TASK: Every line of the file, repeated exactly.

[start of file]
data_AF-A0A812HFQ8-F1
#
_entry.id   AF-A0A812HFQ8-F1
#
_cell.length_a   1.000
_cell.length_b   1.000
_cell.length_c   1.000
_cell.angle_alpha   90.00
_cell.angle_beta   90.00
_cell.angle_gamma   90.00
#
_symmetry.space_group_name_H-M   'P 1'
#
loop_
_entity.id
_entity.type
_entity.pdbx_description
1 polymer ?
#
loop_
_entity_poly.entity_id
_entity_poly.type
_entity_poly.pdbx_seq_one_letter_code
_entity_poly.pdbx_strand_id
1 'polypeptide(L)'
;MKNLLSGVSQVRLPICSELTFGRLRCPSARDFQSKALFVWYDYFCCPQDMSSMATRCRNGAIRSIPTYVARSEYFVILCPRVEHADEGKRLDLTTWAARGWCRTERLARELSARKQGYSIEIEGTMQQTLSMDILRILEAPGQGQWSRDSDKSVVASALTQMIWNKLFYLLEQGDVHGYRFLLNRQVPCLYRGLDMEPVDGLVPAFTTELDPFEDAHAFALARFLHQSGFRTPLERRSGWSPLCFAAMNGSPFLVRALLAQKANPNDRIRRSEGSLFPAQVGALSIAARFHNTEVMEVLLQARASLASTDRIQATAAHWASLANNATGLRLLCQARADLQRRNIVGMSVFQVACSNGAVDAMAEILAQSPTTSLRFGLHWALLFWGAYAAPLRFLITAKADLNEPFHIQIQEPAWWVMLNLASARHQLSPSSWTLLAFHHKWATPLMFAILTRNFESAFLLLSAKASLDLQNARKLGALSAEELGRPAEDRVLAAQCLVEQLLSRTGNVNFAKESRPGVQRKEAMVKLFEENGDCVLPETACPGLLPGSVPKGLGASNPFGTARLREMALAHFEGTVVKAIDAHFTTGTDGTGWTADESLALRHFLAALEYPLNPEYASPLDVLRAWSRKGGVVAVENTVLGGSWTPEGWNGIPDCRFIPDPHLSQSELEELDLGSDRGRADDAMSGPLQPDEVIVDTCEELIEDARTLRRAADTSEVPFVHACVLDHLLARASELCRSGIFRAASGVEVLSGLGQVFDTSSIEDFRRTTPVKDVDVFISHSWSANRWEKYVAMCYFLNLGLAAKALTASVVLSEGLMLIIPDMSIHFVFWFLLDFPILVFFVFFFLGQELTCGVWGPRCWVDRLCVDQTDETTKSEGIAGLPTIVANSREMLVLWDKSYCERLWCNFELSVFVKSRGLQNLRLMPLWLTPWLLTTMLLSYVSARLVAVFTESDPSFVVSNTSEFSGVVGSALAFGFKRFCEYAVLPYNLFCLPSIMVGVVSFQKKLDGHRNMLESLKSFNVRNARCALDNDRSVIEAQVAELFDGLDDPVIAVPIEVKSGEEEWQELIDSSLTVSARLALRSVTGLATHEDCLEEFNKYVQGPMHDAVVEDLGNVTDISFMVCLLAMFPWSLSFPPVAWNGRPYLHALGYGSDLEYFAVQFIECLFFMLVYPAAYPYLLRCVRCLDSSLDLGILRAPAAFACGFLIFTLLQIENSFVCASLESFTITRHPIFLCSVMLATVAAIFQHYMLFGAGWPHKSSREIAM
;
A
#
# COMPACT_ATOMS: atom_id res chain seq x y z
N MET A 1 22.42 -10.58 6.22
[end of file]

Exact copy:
data_AF-A0A812HFQ8-F1
#
_entry.id   AF-A0A812HFQ8-F1
#
_cell.length_a   1.000
_cell.length_b   1.000
_cell.length_c   1.000
_cell.angle_alpha   90.00
_cell.angle_beta   90.00
_cell.angle_gamma   90.00
#
_symmetry.space_group_name_H-M   'P 1'
#
loop_
_entity.id
_entity.type
_entity.pdbx_description
1 polymer ?
#
loop_
_entity_poly.entity_id
_entity_poly.type
_entity_poly.pdbx_seq_one_letter_code
_entity_poly.pdbx_strand_id
1 'polypeptide(L)'
;MKNLLSGVSQVRLPICSELTFGRLRCPSARDFQSKALFVWYDYFCCPQDMSSMATRCRNGAIRSIPTYVARSEYFVILCPRVEHADEGKRLDLTTWAARGWCRTERLARELSARKQGYSIEIEGTMQQTLSMDILRILEAPGQGQWSRDSDKSVVASALTQMIWNKLFYLLEQGDVHGYRFLLNRQVPCLYRGLDMEPVDGLVPAFTTELDPFEDAHAFALARFLHQSGFRTPLERRSGWSPLCFAAMNGSPFLVRALLAQKANPNDRIRRSEGSLFPAQVGALSIAARFHNTEVMEVLLQARASLASTDRIQATAAHWASLANNATGLRLLCQARADLQRRNIVGMSVFQVACSNGAVDAMAEILAQSPTTSLRFGLHWALLFWGAYAAPLRFLITAKADLNEPFHIQIQEPAWWVMLNLASARHQLSPSSWTLLAFHHKWATPLMFAILTRNFESAFLLLSAKASLDLQNARKLGALSAEELGRPAEDRVLAAQCLVEQLLSRTGNVNFAKESRPGVQRKEAMVKLFEENGDCVLPETACPGLLPGSVPKGLGASNPFGTARLREMALAHFEGTVVKAIDAHFTTGTDGTGWTADESLALRHFLAALEYPLNPEYASPLDVLRAWSRKGGVVAVENTVLGGSWTPEGWNGIPDCRFIPDPHLSQSELEELDLGSDRGRADDAMSGPLQPDEVIVDTCEELIEDARTLRRAADTSEVPFVHACVLDHLLARASELCRSGIFRAASGVEVLSGLGQVFDTSSIEDFRRTTPVKDVDVFISHSWSANRWEKYVAMCYFLNLGLAAKALTASVVLSEGLMLIIPDMSIHFVFWFLLDFPILVFFVFFFLGQELTCGVWGPRCWVDRLCVDQTDETTKSEGIAGLPTIVANSREMLVLWDKSYCERLWCNFELSVFVKSRGLQNLRLMPLWLTPWLLTTMLLSYVSARLVAVFTESDPSFVVSNTSEFSGVVGSALAFGFKRFCEYAVLPYNLFCLPSIMVGVVSFQKKLDGHRNMLESLKSFNVRNARCALDNDRSVIEAQVAELFDGLDDPVIAVPIEVKSGEEEWQELIDSSLTVSARLALRSVTGLATHEDCLEEFNKYVQGPMHDAVVEDLGNVTDISFMVCLLAMFPWSLSFPPVAWNGRPYLHALGYGSDLEYFAVQFIECLFFMLVYPAAYPYLLRCVRCLDSSLDLGILRAPAAFACGFLIFTLLQIENSFVCASLESFTITRHPIFLCSVMLATVAAIFQHYMLFGAGWPHKSSREIAM
;
A
#
# COMPACT_ATOMS: atom_id res chain seq x y z
N MET A 1 22.42 -10.58 6.22